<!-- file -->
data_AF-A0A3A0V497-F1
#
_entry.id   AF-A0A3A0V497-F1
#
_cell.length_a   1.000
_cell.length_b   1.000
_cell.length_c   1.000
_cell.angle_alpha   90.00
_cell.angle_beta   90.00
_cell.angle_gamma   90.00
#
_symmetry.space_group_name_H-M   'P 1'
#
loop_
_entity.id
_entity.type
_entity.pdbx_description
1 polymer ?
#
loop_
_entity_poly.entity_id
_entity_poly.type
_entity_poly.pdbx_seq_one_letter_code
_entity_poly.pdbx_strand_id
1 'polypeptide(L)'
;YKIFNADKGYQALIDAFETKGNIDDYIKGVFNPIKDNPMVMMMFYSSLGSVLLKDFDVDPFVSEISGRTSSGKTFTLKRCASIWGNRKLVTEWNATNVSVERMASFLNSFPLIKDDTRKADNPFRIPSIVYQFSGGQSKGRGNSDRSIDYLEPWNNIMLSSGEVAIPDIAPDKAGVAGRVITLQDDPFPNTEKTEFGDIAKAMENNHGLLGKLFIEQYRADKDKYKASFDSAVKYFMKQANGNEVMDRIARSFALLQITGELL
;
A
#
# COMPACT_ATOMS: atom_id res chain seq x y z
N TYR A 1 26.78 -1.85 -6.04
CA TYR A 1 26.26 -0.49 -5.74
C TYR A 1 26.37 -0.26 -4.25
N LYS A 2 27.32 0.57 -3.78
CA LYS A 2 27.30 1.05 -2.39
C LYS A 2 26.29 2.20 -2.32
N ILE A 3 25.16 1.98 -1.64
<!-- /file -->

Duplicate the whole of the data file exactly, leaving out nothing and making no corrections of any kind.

data_AF-A0A3A0V497-F1
#
_entry.id   AF-A0A3A0V497-F1
#
_cell.length_a   1.000
_cell.length_b   1.000
_cell.length_c   1.000
_cell.angle_alpha   90.00
_cell.angle_beta   90.00
_cell.angle_gamma   90.00
#
_symmetry.space_group_name_H-M   'P 1'
#
loop_
_entity.id
_entity.type
_entity.pdbx_description
1 polymer ?
#
loop_
_entity_poly.entity_id
_entity_poly.type
_entity_poly.pdbx_seq_one_letter_code
_entity_poly.pdbx_strand_id
1 'polypeptide(L)'
;YKIFNADKGYQALIDAFETKGNIDDYIKGVFNPIKDNPMVMMMFYSSLGSVLLKDFDVDPFVSEISGRTSSGKTFTLKRCASIWGNRKLVTEWNATNVSVERMASFLNSFPLIKDDTRKADNPFRIPSIVYQFSGGQSKGRGNSDRSIDYLEPWNNIMLSSGEVAIPDIAPDKAGVAGRVITLQDDPFPNTEKTEFGDIAKAMENNHGLLGKLFIEQYRADKDKYKASFDSAVKYFMKQANGNEVMDRIARSFALLQITGELL
;
A
#
# COMPACT_ATOMS: atom_id res chain seq x y z
N TYR A 1 26.78 -1.85 -6.04
CA TYR A 1 26.26 -0.49 -5.74
C TYR A 1 26.37 -0.26 -4.25
N LYS A 2 27.32 0.57 -3.78
CA LYS A 2 27.30 1.05 -2.39
C LYS A 2 26.29 2.20 -2.32
N ILE A 3 25.16 1.98 -1.64